By CAM LUCADOU-WELLS
CHARITY groups fear budget changes do nothing to help alleviate the already deperate plight of assylum seekers in Greater Dandenong and Casey.
Tuesday’s Federal Buget confirmed that the Asylum Seeker Assistance Scheme will be cut by more than 80 per cent from 2016-’17.
It will be chopped to about $5 million a year from 2016-’17 to 2018-’19 – down from $29.3 million in 2014-’15.
For the coming year, the scheme will receive a diminished $26.2 million.
However, the Budget did provide an extra $22.1 million over four years to provide job-seeking assistance to young refugees and other “vulnerable” young migrants.
It also contained $14.5 million for one year to provide English language tuition to refugees on temporary visas.
Aran Mylvaganam of the Tamil Refugee Council said the cuts would make it difficult to help asylum seekers get food, clothes and shelter.
“We’re already struggling in so many ways. Any changes that come from the budget will make it more difficult for asylum seekers in the community.
“Just because you have work rights doesn’t necessarily mean it will be easy to get a job.
“It’s pretty much taking another step for the worse for these refugees and asylum seekers.”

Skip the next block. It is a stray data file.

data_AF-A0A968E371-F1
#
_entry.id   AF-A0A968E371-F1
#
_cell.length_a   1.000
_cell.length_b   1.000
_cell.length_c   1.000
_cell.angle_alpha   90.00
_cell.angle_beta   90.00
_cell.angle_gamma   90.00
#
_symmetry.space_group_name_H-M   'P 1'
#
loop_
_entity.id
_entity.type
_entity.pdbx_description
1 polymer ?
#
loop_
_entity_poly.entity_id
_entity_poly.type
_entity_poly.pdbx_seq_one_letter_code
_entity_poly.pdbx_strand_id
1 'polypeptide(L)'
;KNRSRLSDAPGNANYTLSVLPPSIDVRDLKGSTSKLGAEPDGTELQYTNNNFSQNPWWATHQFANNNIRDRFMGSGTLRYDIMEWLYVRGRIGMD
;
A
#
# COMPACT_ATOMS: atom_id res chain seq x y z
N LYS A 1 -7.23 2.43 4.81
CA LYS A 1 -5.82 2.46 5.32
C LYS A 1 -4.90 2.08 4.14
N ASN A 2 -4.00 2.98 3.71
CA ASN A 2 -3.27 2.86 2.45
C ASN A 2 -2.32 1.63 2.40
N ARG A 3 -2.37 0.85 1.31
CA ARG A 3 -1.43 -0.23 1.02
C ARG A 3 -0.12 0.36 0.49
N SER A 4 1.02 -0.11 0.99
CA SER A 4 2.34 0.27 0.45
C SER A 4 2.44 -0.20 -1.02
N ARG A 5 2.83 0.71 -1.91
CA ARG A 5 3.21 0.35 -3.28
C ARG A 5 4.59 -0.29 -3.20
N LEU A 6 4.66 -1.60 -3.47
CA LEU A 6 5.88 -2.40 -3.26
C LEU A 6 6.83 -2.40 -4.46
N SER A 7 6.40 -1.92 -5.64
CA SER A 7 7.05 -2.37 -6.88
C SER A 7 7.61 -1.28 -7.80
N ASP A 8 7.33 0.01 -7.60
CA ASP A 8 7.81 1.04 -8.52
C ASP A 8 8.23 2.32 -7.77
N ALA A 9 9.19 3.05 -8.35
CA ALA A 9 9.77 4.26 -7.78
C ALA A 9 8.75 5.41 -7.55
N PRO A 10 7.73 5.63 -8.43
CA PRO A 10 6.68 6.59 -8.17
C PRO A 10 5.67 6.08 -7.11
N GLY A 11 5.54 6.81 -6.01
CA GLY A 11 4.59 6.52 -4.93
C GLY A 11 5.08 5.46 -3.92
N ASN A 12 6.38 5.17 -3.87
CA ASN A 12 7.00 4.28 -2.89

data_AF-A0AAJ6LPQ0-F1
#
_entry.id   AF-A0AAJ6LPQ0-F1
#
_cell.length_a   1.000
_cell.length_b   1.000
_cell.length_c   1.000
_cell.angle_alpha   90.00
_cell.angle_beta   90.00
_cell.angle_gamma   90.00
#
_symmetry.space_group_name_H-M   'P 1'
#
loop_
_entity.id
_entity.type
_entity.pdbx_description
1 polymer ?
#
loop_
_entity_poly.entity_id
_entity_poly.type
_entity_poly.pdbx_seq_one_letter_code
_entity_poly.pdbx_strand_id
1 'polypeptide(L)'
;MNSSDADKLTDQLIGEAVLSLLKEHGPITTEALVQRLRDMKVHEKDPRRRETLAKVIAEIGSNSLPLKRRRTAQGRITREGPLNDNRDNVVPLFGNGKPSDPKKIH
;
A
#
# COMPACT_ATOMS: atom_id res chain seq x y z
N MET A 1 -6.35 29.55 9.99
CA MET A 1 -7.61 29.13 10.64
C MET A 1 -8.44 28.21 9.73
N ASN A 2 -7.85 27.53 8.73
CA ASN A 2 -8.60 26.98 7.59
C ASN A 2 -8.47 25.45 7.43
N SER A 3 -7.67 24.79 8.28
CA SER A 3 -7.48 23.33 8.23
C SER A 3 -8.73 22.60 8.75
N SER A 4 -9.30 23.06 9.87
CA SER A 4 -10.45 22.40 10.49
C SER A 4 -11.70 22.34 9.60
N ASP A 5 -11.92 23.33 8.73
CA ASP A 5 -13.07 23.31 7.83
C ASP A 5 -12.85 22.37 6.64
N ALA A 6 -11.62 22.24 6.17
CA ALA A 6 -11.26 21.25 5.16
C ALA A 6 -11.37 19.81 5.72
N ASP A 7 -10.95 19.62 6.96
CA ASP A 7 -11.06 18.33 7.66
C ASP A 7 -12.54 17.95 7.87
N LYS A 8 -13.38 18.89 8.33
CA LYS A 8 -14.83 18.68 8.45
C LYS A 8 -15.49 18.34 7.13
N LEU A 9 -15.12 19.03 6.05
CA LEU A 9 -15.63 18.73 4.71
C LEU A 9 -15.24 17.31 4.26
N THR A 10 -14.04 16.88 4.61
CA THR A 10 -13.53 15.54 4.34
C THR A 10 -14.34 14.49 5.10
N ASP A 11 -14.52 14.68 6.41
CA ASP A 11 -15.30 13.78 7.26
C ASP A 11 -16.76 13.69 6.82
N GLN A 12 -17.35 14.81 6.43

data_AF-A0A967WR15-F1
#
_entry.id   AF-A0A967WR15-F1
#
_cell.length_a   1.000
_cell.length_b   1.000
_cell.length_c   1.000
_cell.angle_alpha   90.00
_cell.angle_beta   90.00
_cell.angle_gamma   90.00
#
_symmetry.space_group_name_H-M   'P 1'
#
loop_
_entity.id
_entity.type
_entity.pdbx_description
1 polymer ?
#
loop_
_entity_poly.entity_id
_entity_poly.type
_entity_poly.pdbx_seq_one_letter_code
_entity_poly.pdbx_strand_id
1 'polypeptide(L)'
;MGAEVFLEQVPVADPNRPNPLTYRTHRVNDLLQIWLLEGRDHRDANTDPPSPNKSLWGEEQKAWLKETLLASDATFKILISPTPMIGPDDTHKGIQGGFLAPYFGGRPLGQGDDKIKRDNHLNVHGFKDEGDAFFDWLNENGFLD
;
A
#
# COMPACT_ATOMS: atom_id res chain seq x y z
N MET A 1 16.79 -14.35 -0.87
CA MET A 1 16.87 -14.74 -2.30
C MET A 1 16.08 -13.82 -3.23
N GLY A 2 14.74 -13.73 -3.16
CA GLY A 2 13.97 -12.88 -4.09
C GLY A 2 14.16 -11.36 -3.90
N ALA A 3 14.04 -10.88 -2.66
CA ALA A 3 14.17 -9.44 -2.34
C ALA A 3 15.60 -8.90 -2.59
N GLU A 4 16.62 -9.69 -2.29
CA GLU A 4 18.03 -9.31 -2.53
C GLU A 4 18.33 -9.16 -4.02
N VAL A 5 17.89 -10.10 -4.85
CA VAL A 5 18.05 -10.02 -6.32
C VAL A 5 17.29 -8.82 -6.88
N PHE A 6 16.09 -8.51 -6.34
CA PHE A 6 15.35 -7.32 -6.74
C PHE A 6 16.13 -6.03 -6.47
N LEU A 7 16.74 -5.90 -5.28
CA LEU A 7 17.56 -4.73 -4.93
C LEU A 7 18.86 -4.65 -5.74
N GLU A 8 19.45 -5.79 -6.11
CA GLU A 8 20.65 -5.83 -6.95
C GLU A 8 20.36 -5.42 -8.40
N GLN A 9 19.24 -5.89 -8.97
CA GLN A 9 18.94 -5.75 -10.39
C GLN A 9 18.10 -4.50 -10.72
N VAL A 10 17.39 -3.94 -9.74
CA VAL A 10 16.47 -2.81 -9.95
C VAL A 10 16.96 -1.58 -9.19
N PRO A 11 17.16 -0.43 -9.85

Greater Dandenong Council, which has led a multi-Victorian council push for more Federal resources for asylum seekers in the community, was seeking clarity on the Federal funding outlook.
“Any reduction in this support would be of concern,” community services director Mark Doubleday said.
Cath Scarth, chief executive of AMES which provides asylum-seeker settlement services, said extra language tuition funding would help remove a “significant barrier” for new arrivals.
According to government statistics released in December, there are 1632 asylum seekers on bridging E visas living in Dandenong – the highest for any suburb in Australia.
Nearly another 2000 live in surrounding suburbs such as Doveton, Noble Park and Springvale.
As of the end of April, about 12,100 asylum seekers nationwide were granted the right to work.
Coalition Senator Mitch Fifield said the cuts reflected the smaller numbers of “illegal maritime arrivals” since the government “stopped the boats” and closed 13 detention centres.
“Funding has been provided in the current budget and as numbers of IMAs in detention decline the whole detention network will be reviewed over the coming year to establish the future needs and funding for following years.”